Philadelphia Introduces Legislation Advancing Rebuilding of City

Philadelphia Introduces Legislation Advancing Rebuilding of City

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PHILADELPHIA PA – Alongside the City’s FY17-18 Operating Budget, Capital Budget and 5-Year Fiscal Plan, the Kenney Administration also introduced today two ordinances to authorize $300 million in borrowing and create a governance structure for Rebuild. Rebuild is the multi-year program to revitalize neighborhood parks, recreation centers, playgrounds, and libraries across the city.PHILADELPHIA PA – Alongside Mayor Jim Kenney FY18 Budget, Capital Plan and Five Year Plan, the Kenney Administration also introduced today two ordinances to authorize $300 million in borrowing and create a governance structure for Rebuild. Rebuild is the multi-year program to revitalize neighborhood parks, recreation centers, playgrounds, and libraries across the city.

The bonds will not be issued until the City of Philadelphia Soda Tax is fully resolved, though, pending the approval of the governance structure, the City will move forward with the program this summer with existing capital funds.

“I’m glad to present these bills to advance Rebuild, as the urgency of needs for our parks, recreation centers and libraries increases,” said Mayor Jim Kenney.  “These ordinances are a result of a partnership with City Council and a shared commitment to making our city’s public spaces better for all Philadelphians and reaching our goals for diversity and economic opportunity.”

Under the proposed structure, a public authority, the Philadelphia Authority for Industrial Development (PAID), would issue $300 million in bonds for Rebuild. The City would then enter into leases with PAID for parks, recreation centers, and libraries identified as Rebuild sites. PAID would then sublease Rebuild sites to a small number of “project users” that desire to construct improvements at individual sites. After the approval of the ordinances, the administration will use a competitive RFQ process to select the project users that will help deliver Rebuild projects.

The proposed governance structure takes into account feedback provided by City Council on previous draft ordinances.

“In the past, the City has successfully partnered with non-profit stakeholders to launch and operate large-scale infrastructure improvement projects like Rebuild,” said Councilman At-Large Derek Green.  “Considering the importance of this undertaking, this structure will help ensure Rebuild’s success.”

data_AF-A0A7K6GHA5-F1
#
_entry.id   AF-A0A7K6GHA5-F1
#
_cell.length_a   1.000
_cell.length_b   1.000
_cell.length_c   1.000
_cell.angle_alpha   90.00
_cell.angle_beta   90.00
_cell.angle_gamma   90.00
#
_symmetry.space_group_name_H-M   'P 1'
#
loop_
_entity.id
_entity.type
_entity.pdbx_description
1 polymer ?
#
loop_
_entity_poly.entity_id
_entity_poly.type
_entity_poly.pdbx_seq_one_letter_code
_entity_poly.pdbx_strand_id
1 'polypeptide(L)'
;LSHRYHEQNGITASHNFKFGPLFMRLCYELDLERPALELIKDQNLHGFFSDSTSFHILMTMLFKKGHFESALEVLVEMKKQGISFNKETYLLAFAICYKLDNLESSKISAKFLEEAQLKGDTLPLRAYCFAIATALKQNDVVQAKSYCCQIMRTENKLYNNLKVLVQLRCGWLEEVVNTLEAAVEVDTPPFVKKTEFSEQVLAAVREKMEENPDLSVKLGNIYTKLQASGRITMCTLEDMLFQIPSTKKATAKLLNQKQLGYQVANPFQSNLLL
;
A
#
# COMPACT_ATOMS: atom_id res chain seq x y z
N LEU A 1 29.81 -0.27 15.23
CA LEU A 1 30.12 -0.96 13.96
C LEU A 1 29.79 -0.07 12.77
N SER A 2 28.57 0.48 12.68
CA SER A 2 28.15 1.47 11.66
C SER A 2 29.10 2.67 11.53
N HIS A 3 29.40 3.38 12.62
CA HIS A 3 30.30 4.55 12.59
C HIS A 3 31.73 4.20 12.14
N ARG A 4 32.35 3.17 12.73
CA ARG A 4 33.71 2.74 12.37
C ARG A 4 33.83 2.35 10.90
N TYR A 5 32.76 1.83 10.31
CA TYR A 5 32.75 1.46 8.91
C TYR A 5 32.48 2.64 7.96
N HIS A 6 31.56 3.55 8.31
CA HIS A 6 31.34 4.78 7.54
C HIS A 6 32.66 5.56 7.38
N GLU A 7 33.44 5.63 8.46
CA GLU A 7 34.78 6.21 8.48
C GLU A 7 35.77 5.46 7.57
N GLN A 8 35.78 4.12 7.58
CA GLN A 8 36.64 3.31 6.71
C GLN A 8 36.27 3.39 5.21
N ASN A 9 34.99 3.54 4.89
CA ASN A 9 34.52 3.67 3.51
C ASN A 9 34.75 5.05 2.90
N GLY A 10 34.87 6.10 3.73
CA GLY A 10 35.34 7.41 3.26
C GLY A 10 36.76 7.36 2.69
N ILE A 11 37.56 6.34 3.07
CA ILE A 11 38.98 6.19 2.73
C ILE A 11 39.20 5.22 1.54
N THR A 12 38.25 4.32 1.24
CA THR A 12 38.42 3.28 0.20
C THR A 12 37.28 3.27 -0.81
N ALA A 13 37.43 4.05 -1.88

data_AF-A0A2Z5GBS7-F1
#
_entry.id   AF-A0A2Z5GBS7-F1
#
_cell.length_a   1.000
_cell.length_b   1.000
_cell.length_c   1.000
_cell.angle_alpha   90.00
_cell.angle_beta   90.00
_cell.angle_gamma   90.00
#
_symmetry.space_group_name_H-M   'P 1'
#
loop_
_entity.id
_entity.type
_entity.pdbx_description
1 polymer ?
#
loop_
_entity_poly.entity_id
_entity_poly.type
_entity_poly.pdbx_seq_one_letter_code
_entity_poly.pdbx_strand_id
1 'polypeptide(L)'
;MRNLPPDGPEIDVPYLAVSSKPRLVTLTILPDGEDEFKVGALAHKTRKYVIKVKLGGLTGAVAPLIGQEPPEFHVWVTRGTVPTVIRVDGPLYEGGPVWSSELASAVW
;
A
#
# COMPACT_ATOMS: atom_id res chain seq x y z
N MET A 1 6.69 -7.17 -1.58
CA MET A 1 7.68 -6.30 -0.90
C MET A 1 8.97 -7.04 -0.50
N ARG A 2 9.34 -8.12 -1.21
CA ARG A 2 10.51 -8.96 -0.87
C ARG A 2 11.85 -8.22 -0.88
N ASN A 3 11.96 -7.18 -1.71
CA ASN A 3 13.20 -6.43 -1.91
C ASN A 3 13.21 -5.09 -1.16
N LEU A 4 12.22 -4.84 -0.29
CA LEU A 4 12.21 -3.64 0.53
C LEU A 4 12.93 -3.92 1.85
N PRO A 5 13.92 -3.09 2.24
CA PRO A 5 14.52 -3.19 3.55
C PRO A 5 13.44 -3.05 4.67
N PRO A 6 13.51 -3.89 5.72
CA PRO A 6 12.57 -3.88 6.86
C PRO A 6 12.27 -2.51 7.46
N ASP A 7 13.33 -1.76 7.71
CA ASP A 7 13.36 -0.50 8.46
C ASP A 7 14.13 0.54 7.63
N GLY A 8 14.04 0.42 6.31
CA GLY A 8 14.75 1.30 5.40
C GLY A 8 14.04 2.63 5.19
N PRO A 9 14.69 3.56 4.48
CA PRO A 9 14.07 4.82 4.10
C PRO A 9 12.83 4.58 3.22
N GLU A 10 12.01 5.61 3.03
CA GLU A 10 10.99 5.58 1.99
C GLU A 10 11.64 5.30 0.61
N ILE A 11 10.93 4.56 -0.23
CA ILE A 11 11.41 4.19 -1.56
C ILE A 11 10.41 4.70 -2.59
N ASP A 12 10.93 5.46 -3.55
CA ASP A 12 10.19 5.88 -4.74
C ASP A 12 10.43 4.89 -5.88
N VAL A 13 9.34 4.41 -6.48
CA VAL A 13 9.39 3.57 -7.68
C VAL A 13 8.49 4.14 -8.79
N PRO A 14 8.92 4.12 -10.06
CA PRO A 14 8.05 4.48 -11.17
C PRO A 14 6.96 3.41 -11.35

“The proposed governing structure allows for Rebuild to get done the smart way – efficiently, on-time and in keeping with all the goals of the initiative,” said Councilman Bobby Henon, 6th District.

“Philadelphia’s neighborhoods are ready for Rebuild! This governance structure further ensures community input plays an integral part of Rebuild, while spurring accelerated implementation,”  said George Matysik, Executive Director of the Philadelphia Parks Alliance. “Our parks, rec centers and libraries are in desperate need of improvement – we can’t afford a model that will make this process a second slower than it needs to be. Our communities need this investment now.”

The ordinance outlines that the city is looking for project users who have a long-term interest in the site, experience with capital management, experience with fundraising, experience with community engagement, and a commitment to diverse hiring.

The legislation will address the overarching goals of the Rebuild initiative over a 7-year period, including increasing diversity of the building trades, increasing the capacity of minority women owned businesses, creating community groups around the selected sites, and transforming neighborhoods.

“Rebuild is an unprecedented opportunity to level the playing field for minority-owned businesses in the construction industry,” said Steven Scott Bradley, Chairman, African American Chamber of Commerce for PA, NJ, DE. “Its project pipeline and business support program will allow minority contractors to build capacity and continue to thrive long after Rebuild ends.”

“I am pleased that the Administration is committed to making sure that diversity and inclusion are a centerpiece of Rebuild and not an afterthought,” said Councilwoman Cherelle Parker, 9th District.  “The family-sustaining job opportunities that will be created by Rebuild, particularly for people of color, are critical to the success of the initiative.”

Visit Rebuild.phila.gov for more information.

The budget documents, including the Operating Budget in Brief, the FY18 Capital Budget, and the Five Year Financial and Strategic Plan for Fiscal Years 2018-2022 are available here.

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